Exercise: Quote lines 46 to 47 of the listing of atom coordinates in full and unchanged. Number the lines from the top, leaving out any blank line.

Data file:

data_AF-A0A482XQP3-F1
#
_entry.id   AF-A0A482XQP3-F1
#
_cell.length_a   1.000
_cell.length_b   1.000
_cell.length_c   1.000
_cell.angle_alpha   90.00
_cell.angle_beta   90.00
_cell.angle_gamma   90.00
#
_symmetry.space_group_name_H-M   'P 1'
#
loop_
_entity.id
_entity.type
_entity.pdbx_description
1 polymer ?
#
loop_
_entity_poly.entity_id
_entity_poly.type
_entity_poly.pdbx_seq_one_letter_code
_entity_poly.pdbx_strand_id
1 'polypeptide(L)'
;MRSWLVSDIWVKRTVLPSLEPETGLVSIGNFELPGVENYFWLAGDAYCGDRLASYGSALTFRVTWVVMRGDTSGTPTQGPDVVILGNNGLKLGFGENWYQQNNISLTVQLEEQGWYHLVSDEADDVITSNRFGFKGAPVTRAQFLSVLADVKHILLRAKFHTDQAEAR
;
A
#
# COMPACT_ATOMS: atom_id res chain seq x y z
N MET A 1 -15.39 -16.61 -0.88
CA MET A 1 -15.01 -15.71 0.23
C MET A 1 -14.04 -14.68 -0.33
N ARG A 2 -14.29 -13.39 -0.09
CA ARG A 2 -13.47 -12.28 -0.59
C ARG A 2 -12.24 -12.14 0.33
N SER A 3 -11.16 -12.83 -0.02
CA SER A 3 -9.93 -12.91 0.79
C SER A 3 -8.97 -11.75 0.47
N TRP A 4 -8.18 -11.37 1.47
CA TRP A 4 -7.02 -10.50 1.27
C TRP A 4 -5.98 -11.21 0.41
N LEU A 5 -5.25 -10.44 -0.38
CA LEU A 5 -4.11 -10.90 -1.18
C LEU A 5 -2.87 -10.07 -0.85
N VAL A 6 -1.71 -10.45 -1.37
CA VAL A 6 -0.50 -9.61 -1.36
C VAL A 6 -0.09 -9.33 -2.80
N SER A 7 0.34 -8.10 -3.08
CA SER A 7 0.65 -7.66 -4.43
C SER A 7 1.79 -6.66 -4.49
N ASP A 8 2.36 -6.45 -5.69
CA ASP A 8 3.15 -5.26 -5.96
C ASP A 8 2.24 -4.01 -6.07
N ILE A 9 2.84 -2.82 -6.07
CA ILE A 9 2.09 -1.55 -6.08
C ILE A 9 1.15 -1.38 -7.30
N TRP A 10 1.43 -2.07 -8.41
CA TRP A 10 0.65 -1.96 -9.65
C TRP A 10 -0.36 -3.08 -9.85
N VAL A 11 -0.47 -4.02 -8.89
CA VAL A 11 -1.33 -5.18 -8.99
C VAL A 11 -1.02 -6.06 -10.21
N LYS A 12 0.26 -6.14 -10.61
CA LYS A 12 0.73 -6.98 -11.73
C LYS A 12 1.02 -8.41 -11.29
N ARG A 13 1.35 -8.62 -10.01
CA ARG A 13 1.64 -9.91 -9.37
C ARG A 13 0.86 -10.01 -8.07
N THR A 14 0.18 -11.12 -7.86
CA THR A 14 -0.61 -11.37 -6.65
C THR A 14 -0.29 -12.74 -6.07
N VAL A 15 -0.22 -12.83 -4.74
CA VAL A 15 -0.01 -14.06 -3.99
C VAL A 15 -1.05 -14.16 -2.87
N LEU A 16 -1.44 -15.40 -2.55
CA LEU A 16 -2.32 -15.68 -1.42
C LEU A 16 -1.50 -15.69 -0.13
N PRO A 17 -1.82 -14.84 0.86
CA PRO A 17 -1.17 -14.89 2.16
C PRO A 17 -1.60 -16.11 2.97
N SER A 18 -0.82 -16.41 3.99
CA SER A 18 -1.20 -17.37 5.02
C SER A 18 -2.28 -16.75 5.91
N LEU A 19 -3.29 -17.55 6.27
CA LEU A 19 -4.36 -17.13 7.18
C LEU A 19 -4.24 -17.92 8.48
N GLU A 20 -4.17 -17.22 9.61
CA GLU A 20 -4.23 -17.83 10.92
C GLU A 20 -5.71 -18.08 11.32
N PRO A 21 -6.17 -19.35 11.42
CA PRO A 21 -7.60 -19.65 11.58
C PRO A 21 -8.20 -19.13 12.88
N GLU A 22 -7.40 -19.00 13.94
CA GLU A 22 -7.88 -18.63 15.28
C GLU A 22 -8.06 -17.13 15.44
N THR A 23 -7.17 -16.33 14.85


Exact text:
N VAL A 6 -1.71 -10.45 -1.37
CA VAL A 6 -0.50 -9.61 -1.36